Look for trends in inspection activities

I’m in charge of ice cream, an important element of my household and as a result there are agreed upon criteria for success. I have internal inspectors (me) and external (my teenagers). I can thus produce a fairly simple graph of internal and external inspections and see the areas where there is a difference.

ice cream audit

From this I can tell which categories of findings are pain points and can look for systematic ways to fix them.

In my case, it’s clear the kids do not appreciate only having vanilla, strawberry and chocolate ice cream.

You can apply the same process to your internal vs. regulatory agencies (or certifying body or similar) audit findings.

You can quickly find two major patterns:

  1. Places you are gapping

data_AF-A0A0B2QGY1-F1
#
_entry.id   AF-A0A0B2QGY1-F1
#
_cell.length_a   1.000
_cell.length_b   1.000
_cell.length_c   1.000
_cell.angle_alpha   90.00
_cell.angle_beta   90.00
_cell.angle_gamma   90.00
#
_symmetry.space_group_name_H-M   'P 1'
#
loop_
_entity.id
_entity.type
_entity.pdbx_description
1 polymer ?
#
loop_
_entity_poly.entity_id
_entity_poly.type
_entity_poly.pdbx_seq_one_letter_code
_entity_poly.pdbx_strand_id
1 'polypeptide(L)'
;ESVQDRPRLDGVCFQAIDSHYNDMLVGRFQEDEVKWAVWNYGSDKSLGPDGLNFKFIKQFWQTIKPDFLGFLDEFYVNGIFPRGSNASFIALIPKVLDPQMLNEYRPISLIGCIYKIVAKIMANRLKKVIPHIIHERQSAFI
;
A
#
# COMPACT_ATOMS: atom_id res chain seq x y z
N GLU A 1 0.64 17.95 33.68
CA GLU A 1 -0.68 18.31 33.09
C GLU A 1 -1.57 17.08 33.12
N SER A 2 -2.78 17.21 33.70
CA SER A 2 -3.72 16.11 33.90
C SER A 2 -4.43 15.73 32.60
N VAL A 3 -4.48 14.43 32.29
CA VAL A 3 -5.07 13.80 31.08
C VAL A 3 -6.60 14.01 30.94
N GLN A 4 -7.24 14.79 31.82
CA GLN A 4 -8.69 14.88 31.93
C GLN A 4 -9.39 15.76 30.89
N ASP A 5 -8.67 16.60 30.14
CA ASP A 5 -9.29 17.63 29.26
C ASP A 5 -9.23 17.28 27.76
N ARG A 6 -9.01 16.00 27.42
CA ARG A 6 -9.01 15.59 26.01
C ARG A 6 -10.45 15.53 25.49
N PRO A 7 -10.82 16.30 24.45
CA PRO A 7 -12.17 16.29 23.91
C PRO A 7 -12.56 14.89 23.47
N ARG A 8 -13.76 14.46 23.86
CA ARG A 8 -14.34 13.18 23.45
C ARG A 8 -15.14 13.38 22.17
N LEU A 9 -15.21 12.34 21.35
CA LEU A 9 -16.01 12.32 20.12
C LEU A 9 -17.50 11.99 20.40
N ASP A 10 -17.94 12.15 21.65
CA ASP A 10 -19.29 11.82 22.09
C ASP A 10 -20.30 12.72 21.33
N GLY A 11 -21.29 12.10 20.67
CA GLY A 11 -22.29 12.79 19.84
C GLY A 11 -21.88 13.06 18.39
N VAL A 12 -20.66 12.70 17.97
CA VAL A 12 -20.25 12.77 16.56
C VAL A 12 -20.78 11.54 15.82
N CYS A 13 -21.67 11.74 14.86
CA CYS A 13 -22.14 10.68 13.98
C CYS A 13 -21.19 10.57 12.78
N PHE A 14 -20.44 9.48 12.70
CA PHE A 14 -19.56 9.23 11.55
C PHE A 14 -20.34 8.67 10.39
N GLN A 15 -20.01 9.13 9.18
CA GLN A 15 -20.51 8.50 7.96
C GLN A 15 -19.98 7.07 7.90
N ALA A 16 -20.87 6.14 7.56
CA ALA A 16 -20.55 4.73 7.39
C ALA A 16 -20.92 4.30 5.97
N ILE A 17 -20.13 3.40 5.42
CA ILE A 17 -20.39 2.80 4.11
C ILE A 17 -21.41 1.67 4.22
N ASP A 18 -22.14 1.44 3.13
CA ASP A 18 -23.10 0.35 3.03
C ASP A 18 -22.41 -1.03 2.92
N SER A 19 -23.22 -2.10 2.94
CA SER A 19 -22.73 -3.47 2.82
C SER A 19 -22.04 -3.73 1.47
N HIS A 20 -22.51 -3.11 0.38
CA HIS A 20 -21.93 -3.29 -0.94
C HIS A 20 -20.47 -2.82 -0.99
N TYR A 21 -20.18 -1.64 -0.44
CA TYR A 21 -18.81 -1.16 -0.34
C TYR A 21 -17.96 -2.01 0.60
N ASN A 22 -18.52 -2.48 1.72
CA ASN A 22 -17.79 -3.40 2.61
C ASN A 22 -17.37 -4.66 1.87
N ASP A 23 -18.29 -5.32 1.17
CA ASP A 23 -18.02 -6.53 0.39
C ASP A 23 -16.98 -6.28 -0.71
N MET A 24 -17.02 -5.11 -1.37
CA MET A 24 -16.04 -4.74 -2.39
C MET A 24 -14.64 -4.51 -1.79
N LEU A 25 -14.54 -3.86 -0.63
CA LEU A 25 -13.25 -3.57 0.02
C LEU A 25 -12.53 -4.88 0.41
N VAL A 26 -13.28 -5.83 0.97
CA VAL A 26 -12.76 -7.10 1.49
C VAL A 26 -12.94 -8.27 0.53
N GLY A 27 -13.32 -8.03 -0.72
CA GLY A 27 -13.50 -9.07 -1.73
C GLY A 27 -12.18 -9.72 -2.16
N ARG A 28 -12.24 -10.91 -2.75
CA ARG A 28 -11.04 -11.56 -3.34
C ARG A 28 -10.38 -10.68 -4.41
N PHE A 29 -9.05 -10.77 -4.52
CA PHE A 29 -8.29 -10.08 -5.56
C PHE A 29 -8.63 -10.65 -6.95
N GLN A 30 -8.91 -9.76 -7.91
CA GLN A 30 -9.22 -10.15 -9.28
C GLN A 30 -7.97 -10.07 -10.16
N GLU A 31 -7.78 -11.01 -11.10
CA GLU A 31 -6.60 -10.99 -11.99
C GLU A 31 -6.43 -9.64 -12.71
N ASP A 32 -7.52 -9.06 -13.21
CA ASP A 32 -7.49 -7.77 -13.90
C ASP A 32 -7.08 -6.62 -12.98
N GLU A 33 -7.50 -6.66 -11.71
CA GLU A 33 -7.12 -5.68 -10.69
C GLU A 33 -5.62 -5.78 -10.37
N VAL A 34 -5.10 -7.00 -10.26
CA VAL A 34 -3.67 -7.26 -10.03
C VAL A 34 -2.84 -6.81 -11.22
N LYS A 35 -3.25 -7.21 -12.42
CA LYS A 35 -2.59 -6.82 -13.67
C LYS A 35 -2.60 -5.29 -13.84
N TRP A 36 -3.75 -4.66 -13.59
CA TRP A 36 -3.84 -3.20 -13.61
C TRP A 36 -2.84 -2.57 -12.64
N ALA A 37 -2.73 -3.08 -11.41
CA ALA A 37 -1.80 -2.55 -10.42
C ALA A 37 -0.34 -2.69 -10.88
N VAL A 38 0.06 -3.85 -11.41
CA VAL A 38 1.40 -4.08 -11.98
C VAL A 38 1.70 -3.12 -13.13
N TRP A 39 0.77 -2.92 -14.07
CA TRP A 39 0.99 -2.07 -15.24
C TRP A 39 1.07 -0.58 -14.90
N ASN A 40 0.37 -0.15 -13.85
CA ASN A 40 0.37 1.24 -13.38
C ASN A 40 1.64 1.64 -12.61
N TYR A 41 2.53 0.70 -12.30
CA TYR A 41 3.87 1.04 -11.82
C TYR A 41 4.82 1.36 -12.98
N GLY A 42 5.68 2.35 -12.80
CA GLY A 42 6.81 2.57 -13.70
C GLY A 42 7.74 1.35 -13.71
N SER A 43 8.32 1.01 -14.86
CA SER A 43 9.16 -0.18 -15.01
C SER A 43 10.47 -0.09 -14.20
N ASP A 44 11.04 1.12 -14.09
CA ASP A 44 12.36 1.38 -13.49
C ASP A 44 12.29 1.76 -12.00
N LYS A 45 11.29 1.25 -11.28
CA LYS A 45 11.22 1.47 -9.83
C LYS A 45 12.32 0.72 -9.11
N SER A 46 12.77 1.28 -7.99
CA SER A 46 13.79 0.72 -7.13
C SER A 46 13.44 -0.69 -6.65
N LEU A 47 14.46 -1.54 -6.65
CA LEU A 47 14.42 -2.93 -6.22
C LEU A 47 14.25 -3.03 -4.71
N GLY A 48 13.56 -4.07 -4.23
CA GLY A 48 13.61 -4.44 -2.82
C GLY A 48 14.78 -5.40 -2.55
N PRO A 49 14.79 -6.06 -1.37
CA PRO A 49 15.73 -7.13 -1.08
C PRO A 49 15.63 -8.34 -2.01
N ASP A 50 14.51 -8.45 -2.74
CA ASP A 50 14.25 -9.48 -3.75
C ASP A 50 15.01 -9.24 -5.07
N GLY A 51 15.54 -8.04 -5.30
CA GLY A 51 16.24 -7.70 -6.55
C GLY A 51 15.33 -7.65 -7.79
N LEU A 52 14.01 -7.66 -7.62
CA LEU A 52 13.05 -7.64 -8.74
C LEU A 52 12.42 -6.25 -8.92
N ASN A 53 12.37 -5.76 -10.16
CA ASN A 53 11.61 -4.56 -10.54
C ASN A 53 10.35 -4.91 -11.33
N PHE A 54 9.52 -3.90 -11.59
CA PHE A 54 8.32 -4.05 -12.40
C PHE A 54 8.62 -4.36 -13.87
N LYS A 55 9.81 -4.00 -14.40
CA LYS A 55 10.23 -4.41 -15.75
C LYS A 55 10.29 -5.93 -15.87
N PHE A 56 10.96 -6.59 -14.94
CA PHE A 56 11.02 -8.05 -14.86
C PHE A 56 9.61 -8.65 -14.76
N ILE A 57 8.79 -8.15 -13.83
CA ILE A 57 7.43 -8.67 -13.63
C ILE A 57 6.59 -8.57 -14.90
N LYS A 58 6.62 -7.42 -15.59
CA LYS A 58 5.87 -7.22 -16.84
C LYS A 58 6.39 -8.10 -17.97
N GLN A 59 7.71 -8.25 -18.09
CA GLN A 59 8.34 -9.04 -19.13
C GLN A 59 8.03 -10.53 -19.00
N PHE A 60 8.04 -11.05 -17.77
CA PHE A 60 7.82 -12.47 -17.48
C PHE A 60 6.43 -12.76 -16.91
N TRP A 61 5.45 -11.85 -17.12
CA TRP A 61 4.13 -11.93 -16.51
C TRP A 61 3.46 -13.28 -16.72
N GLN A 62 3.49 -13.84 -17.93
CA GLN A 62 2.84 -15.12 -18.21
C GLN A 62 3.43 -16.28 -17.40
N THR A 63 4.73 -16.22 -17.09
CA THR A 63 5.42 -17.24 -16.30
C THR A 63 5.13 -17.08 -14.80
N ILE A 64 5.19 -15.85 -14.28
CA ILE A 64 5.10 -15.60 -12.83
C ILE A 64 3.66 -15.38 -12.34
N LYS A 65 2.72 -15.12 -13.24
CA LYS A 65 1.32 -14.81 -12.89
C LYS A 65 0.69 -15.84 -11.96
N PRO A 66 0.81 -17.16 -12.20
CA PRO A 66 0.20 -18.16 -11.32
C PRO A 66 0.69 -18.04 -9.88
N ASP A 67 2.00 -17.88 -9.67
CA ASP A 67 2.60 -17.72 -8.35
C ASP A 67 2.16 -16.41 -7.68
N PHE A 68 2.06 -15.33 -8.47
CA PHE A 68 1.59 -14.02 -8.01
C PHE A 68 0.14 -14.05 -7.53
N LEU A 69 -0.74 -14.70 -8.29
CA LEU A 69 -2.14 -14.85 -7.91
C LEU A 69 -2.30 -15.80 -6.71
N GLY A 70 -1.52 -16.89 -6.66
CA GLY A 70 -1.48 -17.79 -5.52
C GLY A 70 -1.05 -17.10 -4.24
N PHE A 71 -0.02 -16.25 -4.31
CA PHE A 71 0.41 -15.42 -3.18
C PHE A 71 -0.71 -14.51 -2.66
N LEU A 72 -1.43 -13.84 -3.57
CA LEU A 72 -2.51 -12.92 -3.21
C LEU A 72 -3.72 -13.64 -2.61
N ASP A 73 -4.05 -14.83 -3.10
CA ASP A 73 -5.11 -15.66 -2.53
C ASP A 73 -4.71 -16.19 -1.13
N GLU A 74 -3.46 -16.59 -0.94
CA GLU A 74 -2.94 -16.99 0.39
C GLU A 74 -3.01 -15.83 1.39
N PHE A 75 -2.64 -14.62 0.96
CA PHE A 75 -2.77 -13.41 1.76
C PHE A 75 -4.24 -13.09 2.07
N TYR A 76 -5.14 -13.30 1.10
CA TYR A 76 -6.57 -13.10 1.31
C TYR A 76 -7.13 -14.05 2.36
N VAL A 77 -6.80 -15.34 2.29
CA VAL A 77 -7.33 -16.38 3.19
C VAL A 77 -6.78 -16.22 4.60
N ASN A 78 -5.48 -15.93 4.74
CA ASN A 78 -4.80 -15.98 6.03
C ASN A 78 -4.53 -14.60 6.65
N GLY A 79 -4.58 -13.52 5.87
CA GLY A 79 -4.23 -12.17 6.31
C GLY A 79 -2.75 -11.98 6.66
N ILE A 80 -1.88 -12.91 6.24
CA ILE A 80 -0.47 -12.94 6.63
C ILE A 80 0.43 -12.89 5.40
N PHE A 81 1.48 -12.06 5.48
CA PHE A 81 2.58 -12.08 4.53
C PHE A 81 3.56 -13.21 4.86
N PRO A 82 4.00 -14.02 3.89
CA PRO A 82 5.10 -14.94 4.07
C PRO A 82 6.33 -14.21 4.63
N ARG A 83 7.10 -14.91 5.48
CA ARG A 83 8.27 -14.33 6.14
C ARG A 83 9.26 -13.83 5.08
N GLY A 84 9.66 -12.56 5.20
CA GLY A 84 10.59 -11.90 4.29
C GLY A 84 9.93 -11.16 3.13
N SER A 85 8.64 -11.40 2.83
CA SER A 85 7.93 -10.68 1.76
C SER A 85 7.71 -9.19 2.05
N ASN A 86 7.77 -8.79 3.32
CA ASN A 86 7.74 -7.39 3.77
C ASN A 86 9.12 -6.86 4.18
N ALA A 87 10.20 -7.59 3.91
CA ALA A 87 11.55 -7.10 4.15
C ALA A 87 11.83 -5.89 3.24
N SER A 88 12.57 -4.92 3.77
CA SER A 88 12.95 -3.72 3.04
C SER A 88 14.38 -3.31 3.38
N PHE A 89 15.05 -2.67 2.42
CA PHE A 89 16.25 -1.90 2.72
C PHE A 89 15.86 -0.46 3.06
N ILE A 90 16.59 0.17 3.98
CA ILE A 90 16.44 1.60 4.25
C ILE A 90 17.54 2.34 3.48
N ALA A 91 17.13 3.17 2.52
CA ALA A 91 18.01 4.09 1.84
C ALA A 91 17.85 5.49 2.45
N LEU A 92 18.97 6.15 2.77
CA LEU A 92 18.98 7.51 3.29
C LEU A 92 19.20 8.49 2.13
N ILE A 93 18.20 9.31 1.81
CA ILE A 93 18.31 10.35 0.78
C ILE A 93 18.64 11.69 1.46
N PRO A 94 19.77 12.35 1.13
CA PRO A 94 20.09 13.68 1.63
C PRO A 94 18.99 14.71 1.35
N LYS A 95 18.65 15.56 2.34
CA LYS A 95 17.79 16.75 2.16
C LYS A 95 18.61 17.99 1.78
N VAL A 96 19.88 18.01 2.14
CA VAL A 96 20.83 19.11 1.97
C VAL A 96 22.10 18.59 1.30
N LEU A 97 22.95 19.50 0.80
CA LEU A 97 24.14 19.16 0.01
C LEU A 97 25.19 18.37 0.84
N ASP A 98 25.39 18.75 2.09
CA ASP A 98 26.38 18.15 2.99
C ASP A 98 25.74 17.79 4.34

2. Places you are tougher than regulatory agencies

For those areas where you are gapping, evaluate your systems and determine what process improvements are necessary. A good area to include in this evaluation is the skill set of your internal auditors. For example, do you need more intensive data integrity training?

For those areas where you are tougher than regulatory agencies, do a quick check to ensure internal expectations are appropriately aligned. And then congratulate yourself.

You might have some areas where you have internal findings but absolutely no external. This might be a good indication that this might be a cutting edge area and you are doing a great job keeping ahead of the curve.

Take an additional step. Go to a source of inspection findings, such as the FDA’s 483 collection, and add them to your graph. This can help you identify additional areas of potential improvement. This can be especially helpful if you are a smaller company that does not have a wealth of data to draw.

We should all be doing what we can to anticipate trends and benchmark ourselves. This sort of data review and go a long way to finding some potential pain points before they get worse.





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